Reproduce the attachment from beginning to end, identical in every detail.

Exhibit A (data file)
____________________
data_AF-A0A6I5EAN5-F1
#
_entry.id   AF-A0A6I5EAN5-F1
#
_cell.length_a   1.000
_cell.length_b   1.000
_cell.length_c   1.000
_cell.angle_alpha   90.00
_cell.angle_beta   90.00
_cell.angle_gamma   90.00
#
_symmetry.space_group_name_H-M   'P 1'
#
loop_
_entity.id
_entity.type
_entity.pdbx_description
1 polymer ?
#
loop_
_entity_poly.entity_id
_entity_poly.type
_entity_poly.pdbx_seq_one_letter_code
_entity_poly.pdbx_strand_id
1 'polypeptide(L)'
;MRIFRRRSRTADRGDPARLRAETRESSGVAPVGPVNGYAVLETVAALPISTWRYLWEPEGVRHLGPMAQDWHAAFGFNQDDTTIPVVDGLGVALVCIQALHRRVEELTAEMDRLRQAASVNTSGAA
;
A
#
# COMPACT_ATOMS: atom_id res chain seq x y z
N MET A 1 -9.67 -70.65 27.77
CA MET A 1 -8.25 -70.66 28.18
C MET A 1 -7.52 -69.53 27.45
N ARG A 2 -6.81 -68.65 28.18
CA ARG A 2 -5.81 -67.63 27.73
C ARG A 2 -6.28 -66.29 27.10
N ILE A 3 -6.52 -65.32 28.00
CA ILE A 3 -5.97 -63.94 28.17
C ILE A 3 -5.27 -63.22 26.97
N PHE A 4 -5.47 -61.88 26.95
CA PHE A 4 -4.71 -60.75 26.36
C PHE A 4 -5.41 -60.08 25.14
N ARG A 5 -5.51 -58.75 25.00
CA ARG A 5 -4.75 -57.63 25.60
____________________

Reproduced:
data_AF-A0A6I5EAN5-F1
#
_entry.id   AF-A0A6I5EAN5-F1
#
_cell.length_a   1.000
_cell.length_b   1.000
_cell.length_c   1.000
_cell.angle_alpha   90.00
_cell.angle_beta   90.00
_cell.angle_gamma   90.00
#
_symmetry.space_group_name_H-M   'P 1'
#
loop_
_entity.id
_entity.type
_entity.pdbx_description
1 polymer ?
#
loop_
_entity_poly.entity_id
_entity_poly.type
_entity_poly.pdbx_seq_one_letter_code
_entity_poly.pdbx_strand_id
1 'polypeptide(L)'
;MRIFRRRSRTADRGDPARLRAETRESSGVAPVGPVNGYAVLETVAALPISTWRYLWEPEGVRHLGPMAQDWHAAFGFNQDDTTIPVVDGLGVALVCIQALHRRVEELTAEMDRLRQAASVNTSGAA
;
A
#
# COMPACT_ATOMS: atom_id res chain seq x y z
N MET A 1 -9.67 -70.65 27.77
CA MET A 1 -8.25 -70.66 28.18
C MET A 1 -7.52 -69.53 27.45
N ARG A 2 -6.81 -68.65 28.18
CA ARG A 2 -5.81 -67.63 27.73
C ARG A 2 -6.28 -66.29 27.10
N ILE A 3 -6.52 -65.32 28.00
CA ILE A 3 -5.97 -63.94 28.17
C ILE A 3 -5.27 -63.22 26.97
N PHE A 4 -5.47 -61.88 26.95
CA PHE A 4 -4.71 -60.75 26.36
C PHE A 4 -5.41 -60.08 25.14
N ARG A 5 -5.51 -58.75 25.00
CA ARG A 5 -4.75 -57.63 25.60